new york city, 05/11–14/22
I’m back to living in New York again. Twenty-three years I’ve been trying to achieve escape velocity, the half-heartedness of my efforts halving, and halving, and halving into a Zeno’s paradox of inertia, the way living things do, with age. It’s good this time, really. I’ve lucked into a quieter apartment, with a garden, a rent setup that makes teaching a less precarious proposition, and proximity to good friends, dancing, and drums.
The whole country still feels like it’s holding its breath, anyway. Maybe it’s better to just sit still and wait until it’s clear what’s the safe way to jump.
The other day our bandleader sent a few of us on a gig to open Bryant Park’s lawn for the summer, celebrating a 30th anniversary. A questionable milestone. The “business improvement district” or “neighborhood association” or whichever group of Karens declared that it was 30 years ago that the park was relieved of its blight—“it wasn’t someplace you’d ever want to go,” explained a white lady—hence the perfectly manicured turf nobody had been allowed on, the ribbon-cutting, the topiary number 30.
The mayor, who was supposed to give an address, dropped out at the last minute. He was replaced by Joel Grey. As far as I’m concerned, Joel Grey can continue to act as mayor. I imagine he’d have a more sensible, compassionate plan for helping homeless people, even if his character in Cabaret was a sans souci Nazi turncoat while the flames licked around the Kit Kat Club. You expect Broadway stars to spin stories about some world they’re not committed to for the long-term.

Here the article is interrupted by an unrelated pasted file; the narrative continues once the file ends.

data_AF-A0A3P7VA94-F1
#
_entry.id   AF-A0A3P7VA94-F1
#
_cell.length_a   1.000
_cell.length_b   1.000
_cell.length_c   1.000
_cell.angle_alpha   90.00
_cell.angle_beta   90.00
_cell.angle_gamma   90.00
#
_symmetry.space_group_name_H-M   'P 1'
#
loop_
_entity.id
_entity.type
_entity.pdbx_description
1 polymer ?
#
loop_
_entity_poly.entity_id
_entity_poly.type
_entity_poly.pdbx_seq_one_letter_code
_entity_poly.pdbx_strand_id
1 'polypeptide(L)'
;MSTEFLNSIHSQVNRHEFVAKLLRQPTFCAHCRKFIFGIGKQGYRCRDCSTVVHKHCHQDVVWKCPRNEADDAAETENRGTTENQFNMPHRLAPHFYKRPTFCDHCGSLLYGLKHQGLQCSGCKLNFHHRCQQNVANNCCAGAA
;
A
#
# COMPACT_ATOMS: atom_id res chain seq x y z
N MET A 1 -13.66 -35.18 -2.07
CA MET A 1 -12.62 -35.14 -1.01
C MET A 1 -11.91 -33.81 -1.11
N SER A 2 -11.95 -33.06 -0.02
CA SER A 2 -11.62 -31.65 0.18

Outside, it is winter. But in here, it is so hot, every night we have the battle to keep the girls from taking off all their clothing!
So! Life is disappointing? Forget it. In here, life is beautiful. The girls are beautiful. Even the orchestra is beautiful.
New York is not culturally part of the United States. In here, queer is beautiful. Black is beautiful. It’s legal for women to go topless. I am fortunate to be playing with one of the loosely-affiliated brass massives in the city, Hungry March Band; it is beautiful.
A drummer friend and I stuffed breakfast in our faces as we strapped on our kneepads and huddled in one of the midtown corporate-tax-break walkthroughs, this one claimed as a performance space by a venerable arts organization. The spring wind howled through the tunnel. It is always windy these days. It wasn’t, when I moved to the city. It’s so noticeable that even my Uzbeki taxi driver the other day nodded and attributed it to climate change. (Taxi drivers are a mixed bag, politically. But I meet more and more of them who are from Uzbekistan.)
It’s a fire risk, my bandmate commented, as the wind tossed her steely curls. I watched an entire apartment building burn to the ground because of it. One the same age as mine. I watched it as it started from one apartment, climb that whole line of apartments, and then make its way around the U of the building.
Where was the fire department? I asked, troubled.